Berta considered turning the wounded man out of her house, knowing that the three hundred pound man would have no use in the village. He would just be a burden to her, and eyed him warily. H would take up a lot of food.
After the doctor left, she turned back to the man and said, “Look man, I have made sure that you are still alive and well. I don’t have the money to support someone like you, so I’ll give you two days worth of food and you can go and try to find out who you are.”
King Kyran had lost his ego along with his memory. He grew frightened at the thought of being alone in the big bad island. He pleaded, “Please miss, don’t turn me out now! I’ll do anything for a roof and some food!”
Those few words changed Berta’s mind. She had felt the same after her father’s death and worked in the blacksmith’s house until she could stand on her own two feet. And as she understood of his situation, Berta agreed to let him stay in exchange for him helping her.
So, the King Kyran who had once spent his days lying about on his chaise and making decisions, worked long hours delivering dresses and fetching kindling. He, who used to eat delicacies at every meal, now ate homemade bread with relish.
He was happy and satisfied with his simple life in the village of Old Marsh. Miranda, on the other hand, hated her life at that time. Her journey was boring, unbearably, unbelievably, intolerably boring. And her companions were less conversational than the horses that they rode on.
She had an escort consisting of two dozen soldiers. Most of them were young, and showed promise in training. This was their test, to show their worth. And it was a long and arduous journey to become a high-ranking officer in the army. There was stiff competition. Each of the soldiers followed military decorum to the tee, trying to outdo one another.
The result of this was that everyone was miserable, the princess was bored, and the whole party looked more like a funeral procession than one going on a search. Of all the soldiers there was no one more ambitious, more determined, more purposive than Benjamin Benchley.
Ben was raised in a less than supporting atmosphere. His mother was a seamstress in the slums of the capital city, and he grew up among the crowded areas and deteriorating structures that were the symbols of poverty. Nonetheless, he worked hard and joined the army, hoping for adventure, fortune, and if possible, fame.
And when he had received his first assignment, he beamed with pride and imagined how it would be. He would save the beautiful princess from the dragon, and the rest would be history. When he met his comrades that morning, the morning they started, he was sorely disappointed.
There were ten other men in the group just like him, and perhaps some were better. The beautiful princess behaved more like a prince, and carried more weapons than all of the soldiers put together.
The very morning that King Kyran had hit his head on the branch, Miranda and her party reached the coast of Velagera.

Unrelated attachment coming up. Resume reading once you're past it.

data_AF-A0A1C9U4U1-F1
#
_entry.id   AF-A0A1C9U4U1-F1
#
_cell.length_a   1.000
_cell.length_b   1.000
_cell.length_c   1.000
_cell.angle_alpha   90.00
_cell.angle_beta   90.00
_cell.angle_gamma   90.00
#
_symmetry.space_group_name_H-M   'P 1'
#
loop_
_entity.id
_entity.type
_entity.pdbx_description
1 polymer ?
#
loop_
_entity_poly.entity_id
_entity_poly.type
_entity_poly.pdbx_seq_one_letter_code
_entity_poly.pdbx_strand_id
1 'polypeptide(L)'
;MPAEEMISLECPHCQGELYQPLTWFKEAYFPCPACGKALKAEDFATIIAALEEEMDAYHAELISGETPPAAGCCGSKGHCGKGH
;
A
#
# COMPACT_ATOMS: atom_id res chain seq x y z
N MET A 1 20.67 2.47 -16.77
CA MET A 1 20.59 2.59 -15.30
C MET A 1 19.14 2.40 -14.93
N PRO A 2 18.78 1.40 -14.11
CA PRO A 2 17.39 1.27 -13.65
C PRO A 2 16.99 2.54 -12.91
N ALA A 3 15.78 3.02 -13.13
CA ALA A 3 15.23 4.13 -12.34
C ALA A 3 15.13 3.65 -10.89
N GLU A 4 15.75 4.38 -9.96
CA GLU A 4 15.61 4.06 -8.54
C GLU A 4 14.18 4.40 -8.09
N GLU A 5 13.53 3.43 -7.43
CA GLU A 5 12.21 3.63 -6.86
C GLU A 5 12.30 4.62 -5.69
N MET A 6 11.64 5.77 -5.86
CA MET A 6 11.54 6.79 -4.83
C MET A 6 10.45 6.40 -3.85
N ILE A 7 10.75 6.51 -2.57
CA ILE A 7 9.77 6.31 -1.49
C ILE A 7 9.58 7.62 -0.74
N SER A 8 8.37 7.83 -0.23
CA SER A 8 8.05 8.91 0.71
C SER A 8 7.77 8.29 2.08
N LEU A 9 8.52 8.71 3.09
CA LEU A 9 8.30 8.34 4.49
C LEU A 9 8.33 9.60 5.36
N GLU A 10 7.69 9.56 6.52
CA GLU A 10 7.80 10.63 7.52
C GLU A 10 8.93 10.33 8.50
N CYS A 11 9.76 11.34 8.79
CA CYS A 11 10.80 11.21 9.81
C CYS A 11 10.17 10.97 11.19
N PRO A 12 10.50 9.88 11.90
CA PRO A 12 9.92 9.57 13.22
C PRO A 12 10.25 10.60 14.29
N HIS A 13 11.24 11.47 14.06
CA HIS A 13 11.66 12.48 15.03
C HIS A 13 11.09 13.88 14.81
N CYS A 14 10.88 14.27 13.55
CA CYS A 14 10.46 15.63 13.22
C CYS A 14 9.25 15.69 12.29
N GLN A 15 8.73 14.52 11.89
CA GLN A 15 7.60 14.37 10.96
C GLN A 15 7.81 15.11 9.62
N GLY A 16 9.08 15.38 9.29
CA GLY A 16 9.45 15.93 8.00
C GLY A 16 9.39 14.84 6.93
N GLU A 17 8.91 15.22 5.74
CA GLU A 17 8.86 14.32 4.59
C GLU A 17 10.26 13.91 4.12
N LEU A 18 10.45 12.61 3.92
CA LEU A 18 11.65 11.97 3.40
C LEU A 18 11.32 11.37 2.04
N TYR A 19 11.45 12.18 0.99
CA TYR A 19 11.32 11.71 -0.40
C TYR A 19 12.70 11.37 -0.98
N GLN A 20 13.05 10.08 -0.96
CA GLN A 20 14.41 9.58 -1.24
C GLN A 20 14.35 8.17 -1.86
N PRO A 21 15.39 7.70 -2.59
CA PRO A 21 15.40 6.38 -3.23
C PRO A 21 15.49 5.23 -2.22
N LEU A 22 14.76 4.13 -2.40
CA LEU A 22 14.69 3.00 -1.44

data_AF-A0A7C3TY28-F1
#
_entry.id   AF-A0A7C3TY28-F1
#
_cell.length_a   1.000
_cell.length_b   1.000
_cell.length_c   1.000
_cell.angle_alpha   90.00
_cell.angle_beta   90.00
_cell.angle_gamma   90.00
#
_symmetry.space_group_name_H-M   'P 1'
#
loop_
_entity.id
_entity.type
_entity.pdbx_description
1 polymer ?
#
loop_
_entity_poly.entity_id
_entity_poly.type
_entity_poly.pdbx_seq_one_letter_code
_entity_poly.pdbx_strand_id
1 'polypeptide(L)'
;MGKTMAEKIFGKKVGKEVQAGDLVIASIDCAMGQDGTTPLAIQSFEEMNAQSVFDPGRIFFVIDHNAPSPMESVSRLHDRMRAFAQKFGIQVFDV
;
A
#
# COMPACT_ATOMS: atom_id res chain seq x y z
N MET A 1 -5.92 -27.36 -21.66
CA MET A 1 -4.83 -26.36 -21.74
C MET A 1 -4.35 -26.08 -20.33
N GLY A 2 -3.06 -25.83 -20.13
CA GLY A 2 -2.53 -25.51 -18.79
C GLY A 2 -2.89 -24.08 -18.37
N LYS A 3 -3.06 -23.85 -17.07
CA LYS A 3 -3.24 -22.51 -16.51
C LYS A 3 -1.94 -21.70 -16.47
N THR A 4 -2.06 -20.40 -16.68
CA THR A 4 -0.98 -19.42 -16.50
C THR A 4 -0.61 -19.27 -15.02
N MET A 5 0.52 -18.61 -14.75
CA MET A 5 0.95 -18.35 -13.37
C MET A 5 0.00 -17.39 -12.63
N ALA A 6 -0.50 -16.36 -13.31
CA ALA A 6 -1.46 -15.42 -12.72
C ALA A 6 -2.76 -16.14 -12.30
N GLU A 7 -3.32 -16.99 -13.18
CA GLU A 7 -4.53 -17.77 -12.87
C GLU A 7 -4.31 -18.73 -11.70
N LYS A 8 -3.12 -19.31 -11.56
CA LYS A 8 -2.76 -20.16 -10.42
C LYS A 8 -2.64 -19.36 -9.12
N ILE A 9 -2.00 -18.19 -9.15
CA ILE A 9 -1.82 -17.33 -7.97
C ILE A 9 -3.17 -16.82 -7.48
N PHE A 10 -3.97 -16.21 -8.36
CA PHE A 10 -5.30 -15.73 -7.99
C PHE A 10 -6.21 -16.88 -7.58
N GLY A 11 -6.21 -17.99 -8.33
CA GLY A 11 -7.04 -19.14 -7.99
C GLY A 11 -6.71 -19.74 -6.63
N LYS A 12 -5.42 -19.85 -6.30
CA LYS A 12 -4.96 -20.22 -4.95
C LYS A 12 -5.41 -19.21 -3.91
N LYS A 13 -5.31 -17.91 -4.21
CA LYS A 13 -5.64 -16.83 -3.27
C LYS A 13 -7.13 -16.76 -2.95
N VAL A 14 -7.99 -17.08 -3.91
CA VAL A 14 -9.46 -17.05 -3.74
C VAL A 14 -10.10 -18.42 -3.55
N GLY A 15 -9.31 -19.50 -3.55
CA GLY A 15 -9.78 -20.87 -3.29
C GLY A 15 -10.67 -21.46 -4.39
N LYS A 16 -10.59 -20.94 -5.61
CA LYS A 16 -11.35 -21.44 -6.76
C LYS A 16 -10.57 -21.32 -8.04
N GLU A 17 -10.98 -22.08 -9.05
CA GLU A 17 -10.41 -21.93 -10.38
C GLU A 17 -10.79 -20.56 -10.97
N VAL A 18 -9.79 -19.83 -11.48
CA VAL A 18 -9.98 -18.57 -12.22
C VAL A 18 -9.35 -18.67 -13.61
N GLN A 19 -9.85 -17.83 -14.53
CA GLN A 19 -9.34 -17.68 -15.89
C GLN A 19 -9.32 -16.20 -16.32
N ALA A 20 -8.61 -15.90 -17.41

Seeing that the coast was clear, literally, she stepped out of the carriage and stretched. Ben watched her like a hawk, suspicious of anything she did. He had seen her training with her weapons and knew that she was a free soul, hated being cooped up in the carriage for days on end.
Her braid was loosely woven, and a few strands of hair hung about her face. She paused stretching for a moment to observe Benjamin. He was tall and lightly muscular, his height was an advantage over the other soldiers. His brown hair was cut even shorter than the army allowed. His blue-gray eyes constantly surveyed the environment. No matter what he was doing, one of his hands was always poised, ready to withdraw his sword at any moment.
Ben ignored her and stared straight ahead, wondering when the other soldiers would return.
“Would you like to spar?” the princess asked. Ben tried to hide a smile, although she was trained she was tiny and little more than bones. He didn’t want to break her arms by accident and so he shook her head.
Miranda was a bit insulted, she could beat all her teachers without any effort back at the castle. Even when she promised herself that she would let them win, her competitive side would take over and victory would be hers. The boy in front of her was a good fighter, she could see that. There were little scars on his hands from handling blades too often and the very way that he stood by the carriage seemed to say he was alert.
“Would you like to talk?” she asked.
“About what, your highness?”
“Your training, perhaps,” she suggested. “I’m not familiar with the fitness regimen for the soldiers.”
“I don’t follow the fitness regimen prescribed by the army, it’s too slack,” Ben answered. “I spend two hours a day lifting weights and running.”
Miranda was hardly impressed. But the manner in which he answered her was not filled with any pride, just frankness. She appreciated his candid nature, something that reminded her of her father.
“I do the same when I’m at the castle,” she commented. “But I don’t lift weights, I just train with my weapons.”
Ben didn’t expect her to train as he did, he had thought that she simply was a spoiled princess rebelling against tradition for the sake of rebellion and attention. But she really, truly seemed to like fighting. And he couldn’t help but admire her for that.
So while King Kyran was a changed man working for his daily bread, his betrothed was a travelling woman who formed a special friendship with one of her soldiers, and no one could tell if it would become something more.